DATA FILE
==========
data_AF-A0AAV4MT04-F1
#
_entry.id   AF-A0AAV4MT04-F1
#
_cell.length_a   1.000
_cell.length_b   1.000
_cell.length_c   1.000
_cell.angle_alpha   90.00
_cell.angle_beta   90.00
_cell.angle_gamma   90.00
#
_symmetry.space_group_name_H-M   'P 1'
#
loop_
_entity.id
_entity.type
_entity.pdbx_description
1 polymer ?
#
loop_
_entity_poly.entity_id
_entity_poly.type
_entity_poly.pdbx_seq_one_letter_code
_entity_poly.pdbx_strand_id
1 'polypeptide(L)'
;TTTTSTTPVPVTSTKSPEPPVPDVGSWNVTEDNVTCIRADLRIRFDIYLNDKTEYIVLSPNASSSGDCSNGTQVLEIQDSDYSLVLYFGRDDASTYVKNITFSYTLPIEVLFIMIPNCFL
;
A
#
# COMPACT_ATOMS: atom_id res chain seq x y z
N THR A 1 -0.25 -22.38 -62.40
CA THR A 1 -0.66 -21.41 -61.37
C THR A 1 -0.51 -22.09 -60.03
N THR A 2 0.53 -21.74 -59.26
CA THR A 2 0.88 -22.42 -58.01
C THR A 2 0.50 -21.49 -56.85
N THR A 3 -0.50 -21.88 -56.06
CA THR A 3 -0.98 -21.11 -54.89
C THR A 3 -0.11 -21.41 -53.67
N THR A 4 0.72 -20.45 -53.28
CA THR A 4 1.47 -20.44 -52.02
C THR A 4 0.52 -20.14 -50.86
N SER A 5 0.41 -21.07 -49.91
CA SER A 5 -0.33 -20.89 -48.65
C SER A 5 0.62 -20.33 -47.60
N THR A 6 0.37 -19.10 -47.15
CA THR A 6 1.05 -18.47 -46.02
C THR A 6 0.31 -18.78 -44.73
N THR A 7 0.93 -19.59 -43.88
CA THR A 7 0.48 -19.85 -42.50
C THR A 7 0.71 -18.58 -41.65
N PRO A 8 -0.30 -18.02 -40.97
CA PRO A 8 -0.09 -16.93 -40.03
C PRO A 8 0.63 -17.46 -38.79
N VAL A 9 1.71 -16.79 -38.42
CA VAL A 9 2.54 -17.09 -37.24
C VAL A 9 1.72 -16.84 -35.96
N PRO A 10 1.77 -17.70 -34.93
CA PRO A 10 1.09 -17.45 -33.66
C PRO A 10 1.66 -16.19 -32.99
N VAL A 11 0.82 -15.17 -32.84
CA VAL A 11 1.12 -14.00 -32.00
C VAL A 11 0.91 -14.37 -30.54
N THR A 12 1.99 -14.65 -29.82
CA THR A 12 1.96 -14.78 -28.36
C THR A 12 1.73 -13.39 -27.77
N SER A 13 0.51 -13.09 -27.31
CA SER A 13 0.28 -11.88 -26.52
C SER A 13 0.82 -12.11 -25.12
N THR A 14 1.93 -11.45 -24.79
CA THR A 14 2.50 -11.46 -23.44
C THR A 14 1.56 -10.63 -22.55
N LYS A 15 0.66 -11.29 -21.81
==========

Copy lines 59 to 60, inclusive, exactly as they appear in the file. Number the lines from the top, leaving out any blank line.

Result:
CA PRO A 10 1.09 -17.45 -33.66
C PRO A 10 1.66 -16.19 -32.99